A previous version of this story incorrectly identified Walt Monegan as a corrections commissioner under former Gov. Sarah Palin. He was commissioner of the Department of Public Safety.

More in News

(Juneau Empire file photo)
Aurora forecast for the week of April 15

These forecasts are courtesy of the University of Alaska Fairbanks’ Geophysical Institute… Continue reading

Juneau School District administrators and board members review the updated budget for the current fiscal year during a Board of Education meeting Tuesday night at Juneau-Douglas High School: Kalé. (Mark Sabbatini / Juneau Empire)
The Juneau School District had a $9.5M projected deficit this year. It’s now a $633,185 surplus. How is that possible?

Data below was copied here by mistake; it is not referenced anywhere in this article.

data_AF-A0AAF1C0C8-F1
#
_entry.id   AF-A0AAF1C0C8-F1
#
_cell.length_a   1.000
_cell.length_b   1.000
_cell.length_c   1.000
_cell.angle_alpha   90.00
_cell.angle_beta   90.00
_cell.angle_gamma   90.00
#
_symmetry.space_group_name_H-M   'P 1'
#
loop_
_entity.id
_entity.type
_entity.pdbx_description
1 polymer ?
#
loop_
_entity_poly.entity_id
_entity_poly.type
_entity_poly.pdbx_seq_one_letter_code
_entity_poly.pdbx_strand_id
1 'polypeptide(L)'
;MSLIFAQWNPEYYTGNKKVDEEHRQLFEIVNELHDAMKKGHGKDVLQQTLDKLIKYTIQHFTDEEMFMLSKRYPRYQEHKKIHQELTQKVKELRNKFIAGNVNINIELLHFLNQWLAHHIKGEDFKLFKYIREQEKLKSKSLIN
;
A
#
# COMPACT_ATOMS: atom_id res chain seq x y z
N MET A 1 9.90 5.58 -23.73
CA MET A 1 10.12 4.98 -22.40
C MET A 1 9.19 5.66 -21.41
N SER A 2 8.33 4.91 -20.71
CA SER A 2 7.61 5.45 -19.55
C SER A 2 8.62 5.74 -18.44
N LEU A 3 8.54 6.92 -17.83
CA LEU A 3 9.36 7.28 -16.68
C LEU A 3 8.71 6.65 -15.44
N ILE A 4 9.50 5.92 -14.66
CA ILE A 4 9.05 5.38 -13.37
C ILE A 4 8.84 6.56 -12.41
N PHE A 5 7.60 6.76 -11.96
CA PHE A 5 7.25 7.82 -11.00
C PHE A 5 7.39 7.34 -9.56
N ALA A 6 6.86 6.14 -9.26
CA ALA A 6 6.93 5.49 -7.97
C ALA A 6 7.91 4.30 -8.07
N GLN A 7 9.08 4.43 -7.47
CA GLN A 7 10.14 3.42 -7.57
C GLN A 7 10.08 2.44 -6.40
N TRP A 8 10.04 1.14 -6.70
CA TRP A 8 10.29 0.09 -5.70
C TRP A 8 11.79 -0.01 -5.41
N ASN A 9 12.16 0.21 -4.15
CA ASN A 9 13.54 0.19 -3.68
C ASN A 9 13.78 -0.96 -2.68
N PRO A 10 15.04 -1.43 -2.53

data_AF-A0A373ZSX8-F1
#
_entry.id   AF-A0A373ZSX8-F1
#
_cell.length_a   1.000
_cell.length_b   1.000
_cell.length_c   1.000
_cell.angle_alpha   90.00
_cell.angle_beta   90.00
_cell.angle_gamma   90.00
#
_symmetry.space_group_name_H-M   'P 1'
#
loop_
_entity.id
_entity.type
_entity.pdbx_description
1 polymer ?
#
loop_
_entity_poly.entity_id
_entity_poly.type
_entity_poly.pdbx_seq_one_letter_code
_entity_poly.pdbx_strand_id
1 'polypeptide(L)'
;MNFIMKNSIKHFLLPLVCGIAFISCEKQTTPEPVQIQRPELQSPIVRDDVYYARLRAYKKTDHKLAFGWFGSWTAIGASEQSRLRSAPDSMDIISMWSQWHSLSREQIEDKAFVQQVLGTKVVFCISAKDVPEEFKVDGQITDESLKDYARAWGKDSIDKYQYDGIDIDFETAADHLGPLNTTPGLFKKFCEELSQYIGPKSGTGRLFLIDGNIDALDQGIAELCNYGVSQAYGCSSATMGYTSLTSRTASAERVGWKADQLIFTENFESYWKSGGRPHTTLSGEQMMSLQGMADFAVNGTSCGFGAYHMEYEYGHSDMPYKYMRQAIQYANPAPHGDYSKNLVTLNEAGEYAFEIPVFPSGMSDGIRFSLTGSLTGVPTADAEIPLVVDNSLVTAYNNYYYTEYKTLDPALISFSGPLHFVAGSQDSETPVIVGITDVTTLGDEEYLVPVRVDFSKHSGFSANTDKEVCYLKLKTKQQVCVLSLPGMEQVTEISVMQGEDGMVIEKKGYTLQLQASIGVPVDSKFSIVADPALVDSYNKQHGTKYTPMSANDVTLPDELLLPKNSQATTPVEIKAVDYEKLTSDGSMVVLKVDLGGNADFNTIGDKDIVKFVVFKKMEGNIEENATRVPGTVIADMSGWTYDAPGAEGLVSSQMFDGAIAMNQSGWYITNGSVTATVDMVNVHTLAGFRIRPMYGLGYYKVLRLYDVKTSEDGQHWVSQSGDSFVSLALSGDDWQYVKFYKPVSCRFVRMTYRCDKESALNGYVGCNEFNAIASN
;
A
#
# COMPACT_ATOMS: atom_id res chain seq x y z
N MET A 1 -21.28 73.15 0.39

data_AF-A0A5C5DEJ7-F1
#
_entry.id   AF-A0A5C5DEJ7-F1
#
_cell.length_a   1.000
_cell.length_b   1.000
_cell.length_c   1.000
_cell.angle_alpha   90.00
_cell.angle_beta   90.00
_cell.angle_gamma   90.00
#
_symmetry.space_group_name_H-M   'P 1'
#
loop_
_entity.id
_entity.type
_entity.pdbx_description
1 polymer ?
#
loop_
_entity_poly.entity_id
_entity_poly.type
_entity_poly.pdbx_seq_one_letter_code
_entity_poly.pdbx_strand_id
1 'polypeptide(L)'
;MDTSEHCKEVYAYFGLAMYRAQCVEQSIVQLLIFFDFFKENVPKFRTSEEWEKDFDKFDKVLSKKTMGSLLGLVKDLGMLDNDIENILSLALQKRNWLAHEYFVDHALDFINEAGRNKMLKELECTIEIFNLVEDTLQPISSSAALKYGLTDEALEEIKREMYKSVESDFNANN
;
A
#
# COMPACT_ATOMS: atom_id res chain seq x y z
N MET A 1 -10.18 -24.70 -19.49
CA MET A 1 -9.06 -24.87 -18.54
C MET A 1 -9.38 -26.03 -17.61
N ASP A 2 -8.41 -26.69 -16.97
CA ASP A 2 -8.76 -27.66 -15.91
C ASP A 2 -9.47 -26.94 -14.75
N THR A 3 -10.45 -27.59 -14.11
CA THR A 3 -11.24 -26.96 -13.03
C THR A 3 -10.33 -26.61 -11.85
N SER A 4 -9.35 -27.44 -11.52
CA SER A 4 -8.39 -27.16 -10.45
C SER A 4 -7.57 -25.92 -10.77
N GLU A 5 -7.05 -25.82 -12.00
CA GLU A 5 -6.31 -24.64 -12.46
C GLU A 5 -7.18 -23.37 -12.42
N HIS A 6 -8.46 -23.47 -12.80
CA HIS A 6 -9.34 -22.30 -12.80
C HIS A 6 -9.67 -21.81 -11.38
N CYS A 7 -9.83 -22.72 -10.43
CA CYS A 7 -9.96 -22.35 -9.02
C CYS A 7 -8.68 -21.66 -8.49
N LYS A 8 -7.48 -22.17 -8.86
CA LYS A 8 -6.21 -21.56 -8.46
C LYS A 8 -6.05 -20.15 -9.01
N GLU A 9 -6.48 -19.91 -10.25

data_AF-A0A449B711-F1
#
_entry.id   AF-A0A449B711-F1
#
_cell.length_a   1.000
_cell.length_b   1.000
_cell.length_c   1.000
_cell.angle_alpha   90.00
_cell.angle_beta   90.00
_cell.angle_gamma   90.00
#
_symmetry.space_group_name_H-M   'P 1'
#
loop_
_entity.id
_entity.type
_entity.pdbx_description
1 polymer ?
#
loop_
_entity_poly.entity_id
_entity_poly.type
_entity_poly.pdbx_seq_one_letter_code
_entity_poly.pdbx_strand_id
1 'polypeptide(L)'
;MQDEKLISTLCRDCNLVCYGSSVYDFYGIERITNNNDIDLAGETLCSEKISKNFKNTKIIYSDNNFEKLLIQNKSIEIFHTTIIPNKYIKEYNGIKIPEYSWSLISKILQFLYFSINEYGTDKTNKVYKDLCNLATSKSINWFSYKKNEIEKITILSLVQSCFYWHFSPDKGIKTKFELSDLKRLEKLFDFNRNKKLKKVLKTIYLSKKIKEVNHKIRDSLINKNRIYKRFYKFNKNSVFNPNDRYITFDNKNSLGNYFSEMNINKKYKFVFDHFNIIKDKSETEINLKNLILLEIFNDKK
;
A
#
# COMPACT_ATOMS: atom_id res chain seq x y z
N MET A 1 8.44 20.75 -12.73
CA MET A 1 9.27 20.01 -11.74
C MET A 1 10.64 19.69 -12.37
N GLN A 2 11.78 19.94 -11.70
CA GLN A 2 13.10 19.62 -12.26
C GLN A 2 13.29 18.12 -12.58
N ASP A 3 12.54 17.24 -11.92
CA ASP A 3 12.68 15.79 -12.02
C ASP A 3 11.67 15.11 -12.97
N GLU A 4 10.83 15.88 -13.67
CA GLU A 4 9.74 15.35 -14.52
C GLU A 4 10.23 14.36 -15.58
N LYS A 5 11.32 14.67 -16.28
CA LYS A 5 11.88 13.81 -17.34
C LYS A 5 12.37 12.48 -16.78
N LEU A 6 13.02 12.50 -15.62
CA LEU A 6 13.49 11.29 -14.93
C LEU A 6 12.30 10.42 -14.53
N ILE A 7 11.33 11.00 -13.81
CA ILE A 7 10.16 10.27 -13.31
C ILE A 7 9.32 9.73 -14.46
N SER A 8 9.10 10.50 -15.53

Resignation of 34 employees since January, health insurance savings among reasons, officials say.

Rep. Sara Hannan (right) offers an overview of this year’s legislative session to date as Rep. Andi Story and Sen. Jesse Kiehl listen during a town hall by Juneau’s delegation on Thursday evening at Juneau-Douglas High School: Kalé. (Mark Sabbatini / Juneau Empire)
Multitude of education issues, budget, PFD among top areas of focus at legislative town hall

Juneau’s three Democratic lawmakers reassert support of more school funding, ensuring LGBTQ+ rights.

Rosemary Ahtuangaruak, mayor of the Inupiaq village of Nuiqsut, at the area where a road to the Willow project will be built in the North Slope of Alaska, March 23, 2023. The Interior Department said it will not permit construction of a 211-mile road through the park, which a mining company wanted for access to copper deposits. (Erin Schaff/The New York Times)
Biden shields millions of acres of Alaskan wilderness from drilling and mining

The Biden administration expanded federal protections across millions of acres of Alaskan… Continue reading